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Reports of decreasing quaking aspen (Populus tremuloides) cover in forests of the western USA have caused concern about the long-term persistence of aspen on landscape scales. We assessed changes in overstory aspen dominance on the Uncompahgre Plateau in western Colorado over a 20 year period. We measured stand density, species composition and regeneration in 53 undisturbed, mature pure aspen, pure conifer, and mixed aspen/conifer stands originally inventoried between 1979 and 1983. Ages of overstory and understory trees were used to evaluate long-term change in regeneration and overstory development. While pure aspen stands occupy 16% of the study area, mixed aspen and conifer stands cover 62% of the forested landscape...
We examined patterns of non-native plant diversity in protected and managed ponderosa pine/Douglas-fir forests of the Colorado Front Range. Cheesman Lake, a protected landscape, and Turkey Creek, a managed landscape, appear to have had similar natural disturbance histories prior to European settlement and fire protection during the last century. However, Turkey Creek has experienced logging, grazing, prescribed burning, and recreation since the late 1800s, while Cheesman Lake has not. Using the modified-Whittaker plot design to sample understory species richness and cover, we collected data for 30 0.1 ha plots in each landscape. Topographic position greatly influenced results, while management history did not. At...
Old-growth forests of Engelmann spruce (Picea engelmannii Parry ex. Engelm.) and subalpine fir (Abies lasiocarpa (Hook.) Nutt.) dominate much of the landscape of the Rocky Mountains. We characterized the structure, biomass and production of 18 old-growth (200?450-year-old) spruce/fir forests in Rocky Mountain National Park, Colorado, as well as the stand-level supply and use of light and nitrogen. Stands were chosen to span a broad range of elevation, aspect, and topography. Aboveground tree biomass in these old-growth forests averaged 253 Mg/ha (range 130?488 Mg/ha), with aboveground net primary production of 3700 kg ha?1 yr?1 (range from 2700 to 5200 kg ha?1 yr?1). Within stands, trees >35 cm in diameter accounted...
We examined changes in small mammal habitat and densities of four small mammal species, including deer mice (Peromyscus maniculatus), gray-collared chipmunks (Tamias cinereicollis), golden-mantled ground squirrels (Spermophilus lateralis), and Mexican woodrats (Neotoma mexicana), 2?3 years after thinning and prescribed fire treatments in ponderosa pine (Pinus ponderosa) forests of northern Arizona, US. These treatments were designed to simultaneously reduce high-severity fire risk while returning forests to conditions more representative of pre-European settlement structure and function. Treatments resulted in changes in important components of small mammal habitat, including increased herbaceous vegetation, decreased...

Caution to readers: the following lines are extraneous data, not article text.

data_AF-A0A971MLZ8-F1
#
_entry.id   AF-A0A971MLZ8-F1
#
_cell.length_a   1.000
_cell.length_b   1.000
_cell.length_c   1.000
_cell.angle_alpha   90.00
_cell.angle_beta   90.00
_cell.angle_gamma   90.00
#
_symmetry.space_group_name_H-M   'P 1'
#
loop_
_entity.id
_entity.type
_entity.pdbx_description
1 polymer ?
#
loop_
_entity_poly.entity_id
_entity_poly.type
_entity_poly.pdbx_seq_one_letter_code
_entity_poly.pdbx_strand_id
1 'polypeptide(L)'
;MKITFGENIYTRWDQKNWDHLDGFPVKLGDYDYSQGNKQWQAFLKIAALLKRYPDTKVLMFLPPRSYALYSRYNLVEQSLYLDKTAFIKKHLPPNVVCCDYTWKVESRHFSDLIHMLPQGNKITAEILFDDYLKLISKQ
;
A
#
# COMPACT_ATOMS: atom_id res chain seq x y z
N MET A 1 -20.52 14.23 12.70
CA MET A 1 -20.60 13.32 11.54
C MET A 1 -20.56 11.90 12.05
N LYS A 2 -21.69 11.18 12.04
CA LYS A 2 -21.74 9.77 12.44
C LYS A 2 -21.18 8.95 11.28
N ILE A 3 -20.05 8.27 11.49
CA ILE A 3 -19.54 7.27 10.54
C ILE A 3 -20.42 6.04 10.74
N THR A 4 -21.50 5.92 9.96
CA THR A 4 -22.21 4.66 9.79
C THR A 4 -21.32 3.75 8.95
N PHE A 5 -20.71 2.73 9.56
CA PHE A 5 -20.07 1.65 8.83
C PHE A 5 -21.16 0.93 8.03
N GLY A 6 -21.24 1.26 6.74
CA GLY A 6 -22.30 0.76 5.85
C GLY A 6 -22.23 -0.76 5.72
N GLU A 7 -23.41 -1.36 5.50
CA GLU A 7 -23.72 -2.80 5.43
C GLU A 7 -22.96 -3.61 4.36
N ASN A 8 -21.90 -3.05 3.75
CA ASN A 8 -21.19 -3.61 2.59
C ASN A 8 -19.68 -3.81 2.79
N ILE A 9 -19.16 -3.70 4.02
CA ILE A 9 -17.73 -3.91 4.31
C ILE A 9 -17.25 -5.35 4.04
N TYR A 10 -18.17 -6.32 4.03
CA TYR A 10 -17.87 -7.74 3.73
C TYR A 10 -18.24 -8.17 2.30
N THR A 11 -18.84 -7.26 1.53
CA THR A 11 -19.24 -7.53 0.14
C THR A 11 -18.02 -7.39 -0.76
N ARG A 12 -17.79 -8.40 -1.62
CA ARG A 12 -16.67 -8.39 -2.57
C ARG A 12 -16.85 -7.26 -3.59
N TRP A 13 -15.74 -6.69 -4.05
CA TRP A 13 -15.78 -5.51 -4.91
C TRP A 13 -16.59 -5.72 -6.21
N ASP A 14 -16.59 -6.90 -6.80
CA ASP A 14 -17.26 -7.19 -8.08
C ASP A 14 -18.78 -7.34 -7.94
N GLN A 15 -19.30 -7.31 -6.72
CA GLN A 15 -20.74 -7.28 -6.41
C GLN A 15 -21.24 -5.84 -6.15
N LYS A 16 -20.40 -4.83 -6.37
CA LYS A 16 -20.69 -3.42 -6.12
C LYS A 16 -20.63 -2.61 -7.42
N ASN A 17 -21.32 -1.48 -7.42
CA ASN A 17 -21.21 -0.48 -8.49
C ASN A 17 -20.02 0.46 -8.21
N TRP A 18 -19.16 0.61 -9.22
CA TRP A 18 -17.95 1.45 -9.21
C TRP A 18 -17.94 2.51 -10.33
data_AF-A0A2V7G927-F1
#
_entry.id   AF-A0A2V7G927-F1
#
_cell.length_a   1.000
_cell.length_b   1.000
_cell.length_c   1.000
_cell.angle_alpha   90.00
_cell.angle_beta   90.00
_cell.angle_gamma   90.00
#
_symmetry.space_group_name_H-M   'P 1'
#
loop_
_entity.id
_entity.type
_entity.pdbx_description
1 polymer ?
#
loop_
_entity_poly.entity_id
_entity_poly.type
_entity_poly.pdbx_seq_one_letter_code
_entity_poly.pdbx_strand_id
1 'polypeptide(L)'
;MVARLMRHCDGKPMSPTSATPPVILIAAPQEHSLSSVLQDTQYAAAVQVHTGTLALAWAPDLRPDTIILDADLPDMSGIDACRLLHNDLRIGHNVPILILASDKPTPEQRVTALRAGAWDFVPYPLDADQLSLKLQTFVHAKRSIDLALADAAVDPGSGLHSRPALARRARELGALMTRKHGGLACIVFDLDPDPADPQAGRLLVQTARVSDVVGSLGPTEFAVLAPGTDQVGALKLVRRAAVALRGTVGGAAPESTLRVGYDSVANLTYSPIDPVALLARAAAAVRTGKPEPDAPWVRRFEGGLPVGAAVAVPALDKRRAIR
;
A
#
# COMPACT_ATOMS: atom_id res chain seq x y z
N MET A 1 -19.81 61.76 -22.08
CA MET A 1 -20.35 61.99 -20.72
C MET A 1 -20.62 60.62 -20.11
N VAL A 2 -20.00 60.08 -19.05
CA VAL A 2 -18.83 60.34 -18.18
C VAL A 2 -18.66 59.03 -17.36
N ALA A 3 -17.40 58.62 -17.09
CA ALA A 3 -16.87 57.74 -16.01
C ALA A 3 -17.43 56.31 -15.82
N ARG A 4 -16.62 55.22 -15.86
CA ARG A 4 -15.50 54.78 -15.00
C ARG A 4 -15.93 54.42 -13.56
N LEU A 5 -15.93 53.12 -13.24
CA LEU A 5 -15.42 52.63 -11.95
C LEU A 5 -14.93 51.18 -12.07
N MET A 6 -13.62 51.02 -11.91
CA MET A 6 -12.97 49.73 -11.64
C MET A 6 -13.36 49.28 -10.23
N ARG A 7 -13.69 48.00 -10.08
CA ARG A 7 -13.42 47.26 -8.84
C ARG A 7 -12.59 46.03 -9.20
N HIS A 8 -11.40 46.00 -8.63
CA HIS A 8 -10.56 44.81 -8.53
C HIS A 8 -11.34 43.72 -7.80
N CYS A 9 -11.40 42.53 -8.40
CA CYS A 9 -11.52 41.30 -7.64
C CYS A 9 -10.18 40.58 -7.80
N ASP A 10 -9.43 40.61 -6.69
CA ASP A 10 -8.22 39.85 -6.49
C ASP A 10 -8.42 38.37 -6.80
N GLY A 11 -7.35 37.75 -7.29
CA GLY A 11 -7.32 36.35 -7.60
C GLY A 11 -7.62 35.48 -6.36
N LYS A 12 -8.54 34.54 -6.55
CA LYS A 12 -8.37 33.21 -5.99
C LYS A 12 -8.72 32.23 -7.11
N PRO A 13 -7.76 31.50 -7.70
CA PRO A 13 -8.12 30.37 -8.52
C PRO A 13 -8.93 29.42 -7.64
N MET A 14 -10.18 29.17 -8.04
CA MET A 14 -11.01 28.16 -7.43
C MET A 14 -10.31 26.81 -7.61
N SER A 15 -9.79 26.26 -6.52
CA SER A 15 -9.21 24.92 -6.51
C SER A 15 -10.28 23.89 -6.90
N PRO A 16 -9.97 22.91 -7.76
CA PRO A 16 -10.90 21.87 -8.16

Repeat photography samples were used to analyze how the structure and site-specific distribution of forests may or may not have changed during the past century in the San Juan Mountains, Colorado. Systematic evaluation of 146 photosets was combined with field observations to identify trends in vegetation change. Both conifers and deciduous trees (e.g., aspen) have increased in extent. Forest recovery from large disturbances that occurred during Euro-American settlement contributed substantially to this increase. Trees also encroached into grass/shrublands, but less than half of photosets show tree invasion, and invasion is more common in small grass/shrubland openings interspersed with forest than in large openings....
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The fire history of Piñon–Juniper (Pinus edulis–Juniperus osteosperma) woodlands in much of the southwestern United States is poorly understood, and as a result, fire management decisions are being made without a rigorous ecological underpinning. We investigated the historic fire regimes in Piñon–Juniper woodlands on the Mesa Verde cuesta utilizing stand and age structures. All Piñon trees in eight stands were aged and stand age was extrapolated to the surrounding landscapes using digital imagery, creating a time-since-fire map of the 1995 landscape. Six sampled stands were over 400 years, while two were between 200 and 300 years. Stand-replacing fire with a rotation of 400 years or longer characterized this Piñon–Juniper...
Invasion of natural ecosystems by exotic plant species is a major threat to biodiversity. Disturbance to native plant communities, whether natural or management induced, is a primary factor contributing to successful invasion by exotic plant species. Herbivory by both wild and domestic ungulates exerts considerable impact on structure and composition of native plant communities. Intensive herbivory by ungulates can enhance exotic plant invasion, establishment, and spread for three reasons: (1) many exotic plants are adapted to ground disturbances such as those caused by ungulate feeding, trampling, and movements; (2) many exotic plants are adapted for easy transport from one area to another by ungulates via endozoochory...